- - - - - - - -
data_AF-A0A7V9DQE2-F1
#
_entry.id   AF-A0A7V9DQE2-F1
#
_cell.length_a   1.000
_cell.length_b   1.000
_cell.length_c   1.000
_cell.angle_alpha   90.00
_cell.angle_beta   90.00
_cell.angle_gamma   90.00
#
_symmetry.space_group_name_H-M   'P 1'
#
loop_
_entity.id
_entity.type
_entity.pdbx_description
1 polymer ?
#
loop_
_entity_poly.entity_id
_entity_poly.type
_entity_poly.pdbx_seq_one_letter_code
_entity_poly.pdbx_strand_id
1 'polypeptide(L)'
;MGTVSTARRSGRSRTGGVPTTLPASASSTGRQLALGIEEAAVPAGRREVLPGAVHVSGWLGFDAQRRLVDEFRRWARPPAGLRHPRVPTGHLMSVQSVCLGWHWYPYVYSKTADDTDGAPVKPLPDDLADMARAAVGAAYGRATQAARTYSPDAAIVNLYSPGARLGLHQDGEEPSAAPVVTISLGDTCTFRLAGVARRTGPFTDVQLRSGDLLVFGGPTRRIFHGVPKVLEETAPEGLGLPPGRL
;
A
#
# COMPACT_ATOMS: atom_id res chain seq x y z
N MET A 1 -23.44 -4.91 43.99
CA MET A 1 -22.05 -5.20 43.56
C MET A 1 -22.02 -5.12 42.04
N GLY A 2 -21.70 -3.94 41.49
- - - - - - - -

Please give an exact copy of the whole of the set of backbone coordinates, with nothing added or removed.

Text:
data_AF-A0A7V9DQE2-F1
#
_entry.id   AF-A0A7V9DQE2-F1
#
_cell.length_a   1.000
_cell.length_b   1.000
_cell.length_c   1.000
_cell.angle_alpha   90.00
_cell.angle_beta   90.00
_cell.angle_gamma   90.00
#
_symmetry.space_group_name_H-M   'P 1'
#
loop_
_entity.id
_entity.type
_entity.pdbx_description
1 polymer ?
#
loop_
_entity_poly.entity_id
_entity_poly.type
_entity_poly.pdbx_seq_one_letter_code
_entity_poly.pdbx_strand_id
1 'polypeptide(L)'
;MGTVSTARRSGRSRTGGVPTTLPASASSTGRQLALGIEEAAVPAGRREVLPGAVHVSGWLGFDAQRRLVDEFRRWARPPAGLRHPRVPTGHLMSVQSVCLGWHWYPYVYSKTADDTDGAPVKPLPDDLADMARAAVGAAYGRATQAARTYSPDAAIVNLYSPGARLGLHQDGEEPSAAPVVTISLGDTCTFRLAGVARRTGPFTDVQLRSGDLLVFGGPTRRIFHGVPKVLEETAPEGLGLPPGRL
;
A
#
# COMPACT_ATOMS: atom_id res chain seq x y z
N MET A 1 -23.44 -4.91 43.99
CA MET A 1 -22.05 -5.20 43.56
C MET A 1 -22.02 -5.12 42.04
N GLY A 2 -21.70 -3.94 41.49